Day 1: The Beginning
On August 15 1971 the ‘prisoners’ were arrested by local police, booked in and taken to the mock prison at Stanford University. The experiment was just beginning, so at this stage it must have seemed quite surreal to the participants. The track reflects that, being quite lush in comparison to what comes later.
Day 2: False Dawn
By Day 2 things were already hotting up. Guards were waking printers up with whistles and yells, prisoners were rebelling and being sprayed with fire extinguishers. Rather than go for a literal interpretation of that with a noisy, cacophonous track, we opted for more of a John Carpenter feel to the music. It builds as the day itself built and you definitely feel something is not right.
Day 3: Submission
By Day 3 the guards had split prisoners into ‘good’ and ‘bad’ groups to reward and punish behaviour. One prisoner had a breakdown and left the experiment early. It was getting intense in there so the track has nervy bubbling synths, eerie tones and distorted guitar to create a fraught and tense feeling. It works!
Day 4: Division
By this time the inmates had started to distance themselves from one another, with rioters believing that other prisoners were snitches and vice versa and blaming each other for punishments. Another inmate has to leave when it becomes too much for him. The music echoes that with a series of overlapping synth lines, using increasingly dark and ominous sounds set against a driving low fi drum beat.
Day 5: Visitation
The day was scheduled for visits by the friends and family of the inmates in order to simulate the prison experience. However, the guards made visitors wait for long periods of time to see their loved ones. Parents and peers raised serious concerns about how the prisoners were being treated and it was at this point it dawned on those running the experiment that it was slipping dangerously out of their control. The track really reflects that with an almost primal and guttural series of tones set against a heavily processed recording of one of the ‘inmates’ describing their experience, effectively bringing you into the claustrophobic reality of those taking part.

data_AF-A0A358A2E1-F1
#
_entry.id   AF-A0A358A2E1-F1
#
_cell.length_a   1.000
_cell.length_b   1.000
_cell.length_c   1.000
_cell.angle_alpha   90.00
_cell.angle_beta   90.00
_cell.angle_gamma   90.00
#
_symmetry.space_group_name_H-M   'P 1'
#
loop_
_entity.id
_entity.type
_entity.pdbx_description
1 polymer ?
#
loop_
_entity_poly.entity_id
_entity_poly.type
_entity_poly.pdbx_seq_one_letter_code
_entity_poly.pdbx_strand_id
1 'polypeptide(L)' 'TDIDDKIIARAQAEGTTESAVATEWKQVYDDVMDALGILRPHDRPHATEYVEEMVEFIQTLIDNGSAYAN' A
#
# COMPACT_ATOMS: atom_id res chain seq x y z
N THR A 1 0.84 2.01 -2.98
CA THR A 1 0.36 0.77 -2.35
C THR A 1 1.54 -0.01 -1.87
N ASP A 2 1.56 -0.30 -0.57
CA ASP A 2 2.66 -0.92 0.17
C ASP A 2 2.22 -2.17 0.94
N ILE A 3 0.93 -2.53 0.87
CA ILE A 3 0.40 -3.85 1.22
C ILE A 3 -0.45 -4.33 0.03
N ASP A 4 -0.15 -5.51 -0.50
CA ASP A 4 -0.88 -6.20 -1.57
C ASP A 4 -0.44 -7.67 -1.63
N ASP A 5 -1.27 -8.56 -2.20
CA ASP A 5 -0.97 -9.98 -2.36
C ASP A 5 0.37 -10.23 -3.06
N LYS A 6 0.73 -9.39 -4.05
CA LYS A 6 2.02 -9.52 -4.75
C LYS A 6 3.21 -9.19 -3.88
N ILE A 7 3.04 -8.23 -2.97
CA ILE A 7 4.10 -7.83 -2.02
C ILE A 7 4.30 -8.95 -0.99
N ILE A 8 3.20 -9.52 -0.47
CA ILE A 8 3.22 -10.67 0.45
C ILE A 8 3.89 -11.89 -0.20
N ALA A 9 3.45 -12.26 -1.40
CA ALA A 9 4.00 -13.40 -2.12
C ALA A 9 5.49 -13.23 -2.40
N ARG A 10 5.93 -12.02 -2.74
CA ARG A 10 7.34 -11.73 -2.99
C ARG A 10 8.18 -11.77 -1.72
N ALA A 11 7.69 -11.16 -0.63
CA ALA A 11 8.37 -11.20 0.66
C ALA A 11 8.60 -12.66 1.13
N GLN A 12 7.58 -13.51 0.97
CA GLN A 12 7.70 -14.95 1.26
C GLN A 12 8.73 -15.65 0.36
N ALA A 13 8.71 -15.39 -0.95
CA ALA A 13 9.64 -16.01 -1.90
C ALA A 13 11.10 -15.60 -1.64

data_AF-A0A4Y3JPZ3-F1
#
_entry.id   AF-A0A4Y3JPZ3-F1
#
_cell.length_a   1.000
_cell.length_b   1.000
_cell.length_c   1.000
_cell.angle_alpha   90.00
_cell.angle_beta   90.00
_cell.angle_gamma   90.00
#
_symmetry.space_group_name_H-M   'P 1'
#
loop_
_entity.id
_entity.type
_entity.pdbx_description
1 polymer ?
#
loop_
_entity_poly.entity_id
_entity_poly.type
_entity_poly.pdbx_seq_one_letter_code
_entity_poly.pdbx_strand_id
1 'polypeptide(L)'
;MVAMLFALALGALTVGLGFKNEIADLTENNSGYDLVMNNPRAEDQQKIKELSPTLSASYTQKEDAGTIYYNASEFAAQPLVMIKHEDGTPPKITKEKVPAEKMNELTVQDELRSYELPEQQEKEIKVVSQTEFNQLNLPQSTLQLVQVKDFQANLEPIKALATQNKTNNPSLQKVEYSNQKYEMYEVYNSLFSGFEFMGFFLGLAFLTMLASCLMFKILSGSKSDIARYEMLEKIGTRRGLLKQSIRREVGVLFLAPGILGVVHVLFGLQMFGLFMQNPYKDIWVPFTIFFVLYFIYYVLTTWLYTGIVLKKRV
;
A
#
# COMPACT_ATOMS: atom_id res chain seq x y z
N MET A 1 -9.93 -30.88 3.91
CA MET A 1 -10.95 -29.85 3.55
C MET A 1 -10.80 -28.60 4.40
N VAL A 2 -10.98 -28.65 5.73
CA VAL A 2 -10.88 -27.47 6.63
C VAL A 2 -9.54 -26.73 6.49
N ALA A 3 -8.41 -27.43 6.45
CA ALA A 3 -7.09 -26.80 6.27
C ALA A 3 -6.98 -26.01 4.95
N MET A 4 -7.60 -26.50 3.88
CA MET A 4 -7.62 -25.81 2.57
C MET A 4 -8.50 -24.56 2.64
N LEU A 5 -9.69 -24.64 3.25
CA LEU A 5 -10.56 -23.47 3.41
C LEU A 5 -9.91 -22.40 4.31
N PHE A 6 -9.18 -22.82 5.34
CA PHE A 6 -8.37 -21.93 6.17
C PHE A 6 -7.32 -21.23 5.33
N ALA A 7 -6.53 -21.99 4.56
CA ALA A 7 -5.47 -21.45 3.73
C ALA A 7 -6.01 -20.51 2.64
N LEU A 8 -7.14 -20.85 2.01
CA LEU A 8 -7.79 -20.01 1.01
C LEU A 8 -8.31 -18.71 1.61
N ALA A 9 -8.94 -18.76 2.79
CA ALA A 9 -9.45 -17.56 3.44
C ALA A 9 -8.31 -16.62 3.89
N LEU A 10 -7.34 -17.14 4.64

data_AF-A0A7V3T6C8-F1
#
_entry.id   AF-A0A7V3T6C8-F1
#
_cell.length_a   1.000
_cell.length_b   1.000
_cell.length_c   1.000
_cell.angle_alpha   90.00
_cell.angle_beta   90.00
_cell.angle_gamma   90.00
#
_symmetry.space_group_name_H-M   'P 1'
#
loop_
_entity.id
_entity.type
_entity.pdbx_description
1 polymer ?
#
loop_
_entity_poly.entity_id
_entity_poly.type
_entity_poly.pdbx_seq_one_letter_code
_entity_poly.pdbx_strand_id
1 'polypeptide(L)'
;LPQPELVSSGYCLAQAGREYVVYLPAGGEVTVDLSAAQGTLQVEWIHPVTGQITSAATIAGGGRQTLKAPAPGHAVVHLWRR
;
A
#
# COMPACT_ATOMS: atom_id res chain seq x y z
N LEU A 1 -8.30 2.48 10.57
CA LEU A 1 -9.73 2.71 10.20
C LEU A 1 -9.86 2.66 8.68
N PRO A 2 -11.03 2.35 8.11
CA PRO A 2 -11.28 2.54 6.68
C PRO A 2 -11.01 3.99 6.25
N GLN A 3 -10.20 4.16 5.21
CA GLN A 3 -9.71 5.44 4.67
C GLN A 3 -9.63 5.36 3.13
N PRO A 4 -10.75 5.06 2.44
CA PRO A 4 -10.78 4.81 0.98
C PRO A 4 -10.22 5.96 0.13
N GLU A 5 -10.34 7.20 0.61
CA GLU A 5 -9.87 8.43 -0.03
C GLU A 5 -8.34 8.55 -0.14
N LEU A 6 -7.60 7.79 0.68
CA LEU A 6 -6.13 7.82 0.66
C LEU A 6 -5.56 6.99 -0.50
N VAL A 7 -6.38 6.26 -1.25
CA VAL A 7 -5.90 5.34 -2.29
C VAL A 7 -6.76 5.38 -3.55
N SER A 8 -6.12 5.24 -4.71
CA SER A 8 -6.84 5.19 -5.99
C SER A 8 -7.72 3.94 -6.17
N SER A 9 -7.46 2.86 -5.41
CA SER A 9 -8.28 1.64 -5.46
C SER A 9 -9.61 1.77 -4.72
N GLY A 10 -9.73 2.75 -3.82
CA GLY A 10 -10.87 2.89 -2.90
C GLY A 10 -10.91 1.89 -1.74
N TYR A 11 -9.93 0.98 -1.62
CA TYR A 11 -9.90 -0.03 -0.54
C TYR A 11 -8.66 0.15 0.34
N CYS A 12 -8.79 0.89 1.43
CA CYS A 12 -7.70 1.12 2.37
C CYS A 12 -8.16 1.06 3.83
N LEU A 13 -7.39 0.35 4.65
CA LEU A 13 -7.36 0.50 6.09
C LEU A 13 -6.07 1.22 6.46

Day 6: Close To The End
By Day 6 it was all over. The experiment was ended, its participants de-briefed, and the mock prison dismantled. That was a shock to guards and prisoners alike. This had rapidly become their reality and now it was all over. The mental scars were deep though and the track reflects that, with clanging piano, guitar scrapes, and deep and pervasive synth undertones. It all sounds very filmic.
Day 6 merges into ‘Epilogue’ which covers the psychological effect on the participants and how the prison was real for those who took part and remained so mentally long after. Its hard to describe this track accurately, but we were really pleased by the way it works and is a powerful end to the album. There is always an aftermath to these things though, as those who bought the CD will discover if they are patient enough.
Stanford by Senestra is available now on Bandcamp and elsewhere